PK Balachandran, in The Citizen, 8 August 2021, where the title is In Sri Lanka, the Tamil Link with Buddhism is Brushed Under the Carpet”

Unsustainable claims put forward by the Sinhalese and the Tamils on language, religion and ethnicity, have muddied Sri Lankan politics in the post-independence era. The Sinhalese loudly proclaim that Buddhism is quintessentially and exclusively, a “Sinhala” religion. The Tamils, on the other hand, claim with equal vehemence, that they have always been unalloyed Hindus, who had never ever had anything to do with Buddhism, which they identify with “Sinhala hegemony.”

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Richard Gabriel’s Life and Work

Nilantha Perera Palihawadana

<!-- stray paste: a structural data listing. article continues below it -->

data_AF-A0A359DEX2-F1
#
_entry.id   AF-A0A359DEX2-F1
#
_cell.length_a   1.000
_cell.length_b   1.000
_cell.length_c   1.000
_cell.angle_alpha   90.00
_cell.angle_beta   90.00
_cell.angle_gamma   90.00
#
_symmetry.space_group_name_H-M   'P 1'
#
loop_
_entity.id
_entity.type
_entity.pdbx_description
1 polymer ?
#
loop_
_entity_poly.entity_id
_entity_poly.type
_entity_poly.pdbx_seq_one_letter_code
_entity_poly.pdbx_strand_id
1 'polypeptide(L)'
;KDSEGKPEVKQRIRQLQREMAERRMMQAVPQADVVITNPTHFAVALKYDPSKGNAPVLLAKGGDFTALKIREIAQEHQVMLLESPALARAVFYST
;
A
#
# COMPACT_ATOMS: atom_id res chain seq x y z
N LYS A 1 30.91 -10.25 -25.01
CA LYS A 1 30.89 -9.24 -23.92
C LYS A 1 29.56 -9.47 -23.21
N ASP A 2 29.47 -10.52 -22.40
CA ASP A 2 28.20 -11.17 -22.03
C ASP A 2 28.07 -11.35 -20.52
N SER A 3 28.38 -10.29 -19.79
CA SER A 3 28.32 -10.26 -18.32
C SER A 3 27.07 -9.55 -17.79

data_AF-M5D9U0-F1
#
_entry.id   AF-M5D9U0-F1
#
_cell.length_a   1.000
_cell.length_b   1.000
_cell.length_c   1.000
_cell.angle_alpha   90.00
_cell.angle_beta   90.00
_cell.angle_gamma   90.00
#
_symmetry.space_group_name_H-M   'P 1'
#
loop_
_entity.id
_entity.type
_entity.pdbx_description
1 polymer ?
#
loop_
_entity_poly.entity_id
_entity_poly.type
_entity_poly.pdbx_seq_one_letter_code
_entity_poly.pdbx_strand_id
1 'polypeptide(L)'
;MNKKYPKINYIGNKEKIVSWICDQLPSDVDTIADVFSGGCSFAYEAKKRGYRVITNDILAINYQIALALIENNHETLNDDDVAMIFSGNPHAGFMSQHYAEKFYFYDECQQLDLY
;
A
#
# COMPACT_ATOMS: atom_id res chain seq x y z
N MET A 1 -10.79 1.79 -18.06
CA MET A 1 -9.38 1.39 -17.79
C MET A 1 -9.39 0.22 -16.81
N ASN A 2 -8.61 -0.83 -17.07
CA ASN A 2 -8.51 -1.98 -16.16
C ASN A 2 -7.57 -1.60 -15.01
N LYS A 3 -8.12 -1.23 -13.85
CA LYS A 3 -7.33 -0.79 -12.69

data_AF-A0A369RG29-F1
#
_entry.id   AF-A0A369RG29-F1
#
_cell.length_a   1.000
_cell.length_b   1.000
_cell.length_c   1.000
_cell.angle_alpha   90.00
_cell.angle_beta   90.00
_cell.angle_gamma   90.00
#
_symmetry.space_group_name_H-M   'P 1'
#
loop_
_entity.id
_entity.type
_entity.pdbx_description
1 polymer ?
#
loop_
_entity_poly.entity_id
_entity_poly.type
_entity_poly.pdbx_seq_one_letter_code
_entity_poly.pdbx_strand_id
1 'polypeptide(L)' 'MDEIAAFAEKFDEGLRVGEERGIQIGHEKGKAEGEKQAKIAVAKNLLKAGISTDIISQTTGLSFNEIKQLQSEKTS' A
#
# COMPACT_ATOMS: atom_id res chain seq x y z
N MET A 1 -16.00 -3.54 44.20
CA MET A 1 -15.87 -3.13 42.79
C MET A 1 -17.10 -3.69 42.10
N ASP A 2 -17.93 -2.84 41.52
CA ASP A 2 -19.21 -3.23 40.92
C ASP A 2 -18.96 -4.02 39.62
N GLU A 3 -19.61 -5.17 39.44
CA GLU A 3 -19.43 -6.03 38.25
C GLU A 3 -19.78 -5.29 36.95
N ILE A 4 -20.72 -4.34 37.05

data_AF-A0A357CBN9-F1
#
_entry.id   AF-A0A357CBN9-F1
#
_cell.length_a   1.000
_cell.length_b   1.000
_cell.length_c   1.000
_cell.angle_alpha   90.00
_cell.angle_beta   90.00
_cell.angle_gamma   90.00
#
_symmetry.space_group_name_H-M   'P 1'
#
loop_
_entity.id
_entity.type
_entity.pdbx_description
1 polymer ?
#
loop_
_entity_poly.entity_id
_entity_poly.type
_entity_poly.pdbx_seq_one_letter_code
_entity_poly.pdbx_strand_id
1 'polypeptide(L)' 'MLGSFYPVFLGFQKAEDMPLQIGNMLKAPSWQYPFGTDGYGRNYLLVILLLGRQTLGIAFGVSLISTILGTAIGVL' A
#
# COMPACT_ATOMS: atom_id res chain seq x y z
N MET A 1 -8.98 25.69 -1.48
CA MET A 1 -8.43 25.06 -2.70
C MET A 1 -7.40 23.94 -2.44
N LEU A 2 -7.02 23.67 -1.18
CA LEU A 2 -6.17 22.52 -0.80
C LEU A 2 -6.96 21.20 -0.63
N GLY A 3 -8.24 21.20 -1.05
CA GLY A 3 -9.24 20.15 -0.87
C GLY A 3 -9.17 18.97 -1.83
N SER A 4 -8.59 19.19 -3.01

Beginnings and Family: Payagala Baduge Richard Mausuetus Don Gabriel was born on February 19, 1924, to Payagala Baduge Don Gabriel and Cyriline de Costa. He was the youngest of a family of three boys. His eldest brother was Edmund Don Gabriel, who became an accountant and was the bursar of Aquinas College. He also served as the secretary and treasurer of the Sapumal Foundation. The brother just senior to him was Edward Don Gabriel, who later became a businessman. Richard also had four half-sisters from his father’s first marriage.

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Romila Thapar’s ZOOM Lecture on The Museum in India

Professor ROMILA THAPAR to deliver the Dr. ROLAND SILVA MEMORIAL LECTURE for the National Trust on 27th January 2022 at 6.00 pm on Zoom….